United States District Court, D. Delaware
plaintiff, Juan Restrepo ("Restrepo"), an inmate at
the James T. Vaughn Correctional Center ("VCC"),
Smyrna, Delaware, appears pro se and was granted
permission to proceed in forma pauperis. (D.I. 4.)
Restrepo filed this lawsuit alleging violations of his civil
rights pursuant to 42 U.S.C. § 1983. (D.I. 2.) The
court proceeds to review and screen the complaint pursuant to
28 U.S.C. § 1915(e)(2)(B) and § 1915A(b)(1).
alleges that he was housed in SHU/solitary maximum security
confinement at the VCC from 2010 through 2016 and that he has
been diagnosed as severely mentally ill. Restrepo alleges
that his condition exponentially worsened during the years he
spent in solitary confinement, and he has multiple scars from
complaints refers to occurrences in 2011, 2013, and
2016. In 2016, when Restrepo was no longer
housed in solitary confinement, he was placed in a double
cell. Restrepo told the staff that he could not function with
another person in the cell. As a result, was punished and
placed in isolation confinement (i.e., the hole)
during June and July 2016.
October 2016, the staff again forced Restrepo to house in a
double cell. The same day, he had a major breakdown and
attempted suicide. Restrepo alleges that the staff harassed
him at the hospital and when he was on suicide watch in the
infirmary. Restrepo alleges that mental health psychologist
advised VCC administration that Restrepo needed a single
cell, not a double cell. However, staff again forced Restrepo
into a double cell and refused him access to psychologists.
Restrepo was double celled for one week. It appears that he
was then single celled and again double celled.
alleges that Commissioner Perry Phelps ("Phelps"),
in his position as the former VCC warden and now as
Commissioner, has overseen the implementation of policies and
procedures that harmed him. Restrepo alleges that his rights
are being violated due to a defective mental health program
and he is not receiving property treatment. Restrepo has
submitted numerous grievances, all to no avail. He seeks
compensatory damages and declaratory relief.
III. STANDARD OF REVIEW
federal court may properly dismiss an action sua
sponte under the screening provisions of 28 U.S.C.
§ 1915(e)(2)(B) and § 1915A(b) if "the action
is frivolous or malicious, fails to state a claim upon which
relief may be granted, or seeks monetary relief from a
defendant who is immune from such relief." Ball v.
Famiglio, 726 F.3d 448, 452 (3d Cir. 2013); see
also 28 U.S.C. § 1915(e)(2) (in forma pauper
is actions); 28 U.S.C. § 1915A (actions in which
prisoner seeks redress from a governmental defendant);. 42
U.S.C. § 1997e (prisoner actions brought with respect to
prison conditions). The court must accept all factual
allegations in a complaint as true and take them in the light
most favorable to a pro se plaintiff. Phillips
v. County of Allegheny, 515 F.3d 224, 229 (3d Cir.
2008); Erickson v. Pardus, 551 U.S. 89, 93 (2007).
Because Restrepo proceeds pro se, his pleading is
liberally construed and his complaint, "however
inartfully pleaded, must be held to less stringent standards
than formal pleadings drafted by lawyers." Erickson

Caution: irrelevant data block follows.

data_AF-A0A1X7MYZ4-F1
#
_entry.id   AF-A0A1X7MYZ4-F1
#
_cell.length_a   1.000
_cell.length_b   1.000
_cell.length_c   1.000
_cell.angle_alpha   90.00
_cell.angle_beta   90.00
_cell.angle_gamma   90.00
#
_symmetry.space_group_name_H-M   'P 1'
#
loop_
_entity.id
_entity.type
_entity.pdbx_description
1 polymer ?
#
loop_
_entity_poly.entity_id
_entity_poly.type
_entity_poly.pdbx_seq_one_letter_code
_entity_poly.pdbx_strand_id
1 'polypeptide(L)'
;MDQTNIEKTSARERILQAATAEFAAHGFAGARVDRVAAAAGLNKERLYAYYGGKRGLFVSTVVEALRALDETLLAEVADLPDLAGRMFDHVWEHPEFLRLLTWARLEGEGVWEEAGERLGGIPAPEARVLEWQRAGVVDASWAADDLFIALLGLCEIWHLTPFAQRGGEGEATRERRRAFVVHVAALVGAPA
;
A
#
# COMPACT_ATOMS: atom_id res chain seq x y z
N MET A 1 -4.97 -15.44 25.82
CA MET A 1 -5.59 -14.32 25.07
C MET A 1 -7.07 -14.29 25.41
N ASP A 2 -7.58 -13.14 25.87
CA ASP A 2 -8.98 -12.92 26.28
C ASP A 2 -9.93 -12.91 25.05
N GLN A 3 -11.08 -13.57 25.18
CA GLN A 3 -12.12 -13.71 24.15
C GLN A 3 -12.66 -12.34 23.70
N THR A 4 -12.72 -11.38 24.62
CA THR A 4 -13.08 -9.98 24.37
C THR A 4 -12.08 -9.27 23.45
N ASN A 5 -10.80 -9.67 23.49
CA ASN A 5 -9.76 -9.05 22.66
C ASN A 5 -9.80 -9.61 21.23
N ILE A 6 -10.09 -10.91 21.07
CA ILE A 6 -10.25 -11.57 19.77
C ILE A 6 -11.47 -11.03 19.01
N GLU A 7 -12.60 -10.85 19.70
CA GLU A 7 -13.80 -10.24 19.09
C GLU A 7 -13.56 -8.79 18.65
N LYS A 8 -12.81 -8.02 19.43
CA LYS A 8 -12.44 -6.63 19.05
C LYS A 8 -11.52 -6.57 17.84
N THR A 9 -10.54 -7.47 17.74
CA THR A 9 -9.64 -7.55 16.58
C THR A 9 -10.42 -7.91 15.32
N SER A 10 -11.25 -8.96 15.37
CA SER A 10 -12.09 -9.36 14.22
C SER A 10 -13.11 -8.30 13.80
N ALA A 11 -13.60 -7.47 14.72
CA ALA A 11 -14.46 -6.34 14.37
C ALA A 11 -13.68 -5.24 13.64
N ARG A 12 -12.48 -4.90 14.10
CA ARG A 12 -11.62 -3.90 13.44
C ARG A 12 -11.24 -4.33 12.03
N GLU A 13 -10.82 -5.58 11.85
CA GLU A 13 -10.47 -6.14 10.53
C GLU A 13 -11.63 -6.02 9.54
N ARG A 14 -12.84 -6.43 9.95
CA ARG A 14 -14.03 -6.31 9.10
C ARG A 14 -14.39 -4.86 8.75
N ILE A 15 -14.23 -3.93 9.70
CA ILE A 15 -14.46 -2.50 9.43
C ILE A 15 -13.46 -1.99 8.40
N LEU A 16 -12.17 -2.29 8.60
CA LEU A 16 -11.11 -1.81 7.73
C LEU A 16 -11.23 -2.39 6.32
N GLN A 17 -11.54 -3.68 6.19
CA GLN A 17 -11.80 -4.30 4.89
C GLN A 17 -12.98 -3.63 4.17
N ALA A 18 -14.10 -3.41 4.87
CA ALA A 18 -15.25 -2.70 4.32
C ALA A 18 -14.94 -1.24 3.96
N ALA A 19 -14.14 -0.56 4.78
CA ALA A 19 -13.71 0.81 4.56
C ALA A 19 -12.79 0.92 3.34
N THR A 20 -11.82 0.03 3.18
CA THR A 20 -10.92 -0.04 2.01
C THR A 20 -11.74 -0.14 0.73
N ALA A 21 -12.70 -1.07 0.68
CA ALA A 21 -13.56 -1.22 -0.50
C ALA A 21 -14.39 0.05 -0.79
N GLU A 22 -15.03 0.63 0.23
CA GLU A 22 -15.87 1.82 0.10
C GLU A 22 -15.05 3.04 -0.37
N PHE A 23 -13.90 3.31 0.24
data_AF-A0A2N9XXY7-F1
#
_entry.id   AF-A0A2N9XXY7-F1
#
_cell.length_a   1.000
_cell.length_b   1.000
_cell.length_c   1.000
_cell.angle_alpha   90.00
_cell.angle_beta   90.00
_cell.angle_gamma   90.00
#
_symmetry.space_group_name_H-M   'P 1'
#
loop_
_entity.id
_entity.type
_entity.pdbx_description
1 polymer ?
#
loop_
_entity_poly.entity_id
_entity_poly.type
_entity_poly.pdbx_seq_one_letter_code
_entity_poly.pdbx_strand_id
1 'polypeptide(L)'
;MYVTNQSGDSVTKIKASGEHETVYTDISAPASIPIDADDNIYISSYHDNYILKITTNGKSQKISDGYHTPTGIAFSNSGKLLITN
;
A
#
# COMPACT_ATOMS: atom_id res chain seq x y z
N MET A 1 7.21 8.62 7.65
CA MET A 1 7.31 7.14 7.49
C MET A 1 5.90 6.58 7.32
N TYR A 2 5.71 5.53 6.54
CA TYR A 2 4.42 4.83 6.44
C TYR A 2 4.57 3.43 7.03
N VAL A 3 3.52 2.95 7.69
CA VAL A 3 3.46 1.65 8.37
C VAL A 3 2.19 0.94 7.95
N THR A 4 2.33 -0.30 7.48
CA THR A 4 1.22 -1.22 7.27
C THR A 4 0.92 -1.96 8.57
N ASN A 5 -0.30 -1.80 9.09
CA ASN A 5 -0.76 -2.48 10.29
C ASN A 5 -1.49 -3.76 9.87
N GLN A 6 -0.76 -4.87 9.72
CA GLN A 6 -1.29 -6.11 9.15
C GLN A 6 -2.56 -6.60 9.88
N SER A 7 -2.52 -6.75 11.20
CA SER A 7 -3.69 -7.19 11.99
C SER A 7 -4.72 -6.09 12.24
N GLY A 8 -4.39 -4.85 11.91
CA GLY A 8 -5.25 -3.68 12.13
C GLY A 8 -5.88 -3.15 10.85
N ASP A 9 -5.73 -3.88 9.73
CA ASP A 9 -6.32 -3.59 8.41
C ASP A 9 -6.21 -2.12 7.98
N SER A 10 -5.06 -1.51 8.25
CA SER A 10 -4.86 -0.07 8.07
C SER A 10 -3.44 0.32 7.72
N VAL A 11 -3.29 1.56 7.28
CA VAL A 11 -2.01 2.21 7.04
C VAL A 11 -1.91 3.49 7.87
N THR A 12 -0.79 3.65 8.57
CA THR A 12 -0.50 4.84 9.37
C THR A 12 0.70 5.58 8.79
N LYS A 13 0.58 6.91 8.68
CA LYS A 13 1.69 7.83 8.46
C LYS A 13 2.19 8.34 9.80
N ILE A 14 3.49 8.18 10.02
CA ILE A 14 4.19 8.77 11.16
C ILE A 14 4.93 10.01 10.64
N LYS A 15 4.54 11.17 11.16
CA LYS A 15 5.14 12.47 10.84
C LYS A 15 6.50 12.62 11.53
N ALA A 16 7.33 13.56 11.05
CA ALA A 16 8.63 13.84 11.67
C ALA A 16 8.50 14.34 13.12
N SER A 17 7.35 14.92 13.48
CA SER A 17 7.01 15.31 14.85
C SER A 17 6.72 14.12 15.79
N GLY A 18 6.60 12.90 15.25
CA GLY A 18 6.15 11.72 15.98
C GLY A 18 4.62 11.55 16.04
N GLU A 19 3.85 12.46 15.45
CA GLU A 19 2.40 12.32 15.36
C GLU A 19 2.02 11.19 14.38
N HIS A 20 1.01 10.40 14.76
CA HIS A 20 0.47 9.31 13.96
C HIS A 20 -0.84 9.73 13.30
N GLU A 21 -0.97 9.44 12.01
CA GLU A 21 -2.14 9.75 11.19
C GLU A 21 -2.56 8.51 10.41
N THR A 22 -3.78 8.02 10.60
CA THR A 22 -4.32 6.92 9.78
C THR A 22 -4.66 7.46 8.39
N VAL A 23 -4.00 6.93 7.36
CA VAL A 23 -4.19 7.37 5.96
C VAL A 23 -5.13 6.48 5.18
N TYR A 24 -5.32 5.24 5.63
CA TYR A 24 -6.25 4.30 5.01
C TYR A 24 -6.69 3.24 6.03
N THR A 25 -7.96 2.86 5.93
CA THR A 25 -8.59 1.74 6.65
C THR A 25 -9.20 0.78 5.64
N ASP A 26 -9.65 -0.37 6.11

v. Pardus, 551 U.S. at 94 (citations omitted).
action is frivolous if it "lacks an arguable basis
either in law or in fact." Neitzke v. Williams,
490 U.S. 319, 325 (1989). Under 28 U.S.C. §
1915(e)(2)(B)(i) and § 1915A(b)(1), a court may dismiss
a complaint as frivolous if it is "based on an
indisputably meritless legal theory" or a "clearly
baseless" or "fantastic or delusional" factual
scenario. Neitzke, 490 at 327-28; Wilson v.
Rackmill, 878 F.2d 772, 774 (3d Cir. 1989); see,
e.g., Deutsch v. United States, 67 F.3d 1080, 1091-92
(3d Cir. 1995) (holding frivolous a suit alleging that prison
officials took an inmate's pen and refused to give it
legal standard for dismissing a complaint for failure to
state a claim pursuant to § 1915(e)(2)(B)(ii) and §
1915A(b)(1) is identical to the legal standard used when
ruling on Rule 12(b)(6) motions. Tourscher v.
McCullough, 184 F.3d 236, 240 (3d Cir. 1999) (applying
Fed.R.Civ.P. 12(b)(6) standard to dismissal for failure to
state a claim under § 1915(e)(2)(B)). However, before
dismissing a complaint or claims for failure to state a claim
upon which relief may be granted pursuant to the screening
provisions of 28 U.S.C. §§ 1915 and 1915A, the
court must grant Restrepo leave to amend his complaint unless
amendment would be inequitable or futile. See Grayson v.
Mayview State Hosp., 293 F.3d 103, 114 (3d Cir. 2002).
well-pleaded complaint must contain more than mere labels and
conclusions. See Ashcroft v. Iqbal, 556 U.S. 662
(2009); BellAtl. Corp. v. Twombly, 550 U.S. 544
(2007). A plaintiff must plead facts sufficient to show that
a claim has substantive plausibility. See Johnson v. City
of Shelby, __ U.S. __, 135 S.Ct. 346, 347 (2014). A
complaint may not dismissed, however, for imperfect
statements of the legal theory supporting the claim asserted.
See Id. at 346.
the pleading regime established by Twombly and Iqbal, a court
reviewing the sufficiency of a complaint must take three
steps: (1) take note of the elements the plaintiff must plead
to state a claim; (2) identify allegations that, because they
are no more than conclusions, are not entitled to the
assumption of truth; and (3) when there are well-pleaded
factual allegations, the court should assume their veracity
and then determine whether they plausibly give rise to an
entitlement to relief. Connelly v. Lane Const.
Corp., 809 F.3d 780, 787 (3d Cir. 2016) (internal
citations and quotations omitted). Elements are sufficiently
alleged when the facts in the complaint "show" that
the plaintiff is entitled to relief. Iqbal, 556 U.S.
at 679 (quoting Fed.R.Civ.P. 8(a)(2)). Deciding whether a
claim is plausible will be a "context-specific task that
requires the reviewing court to draw on its judicial
experience and common sense." Id.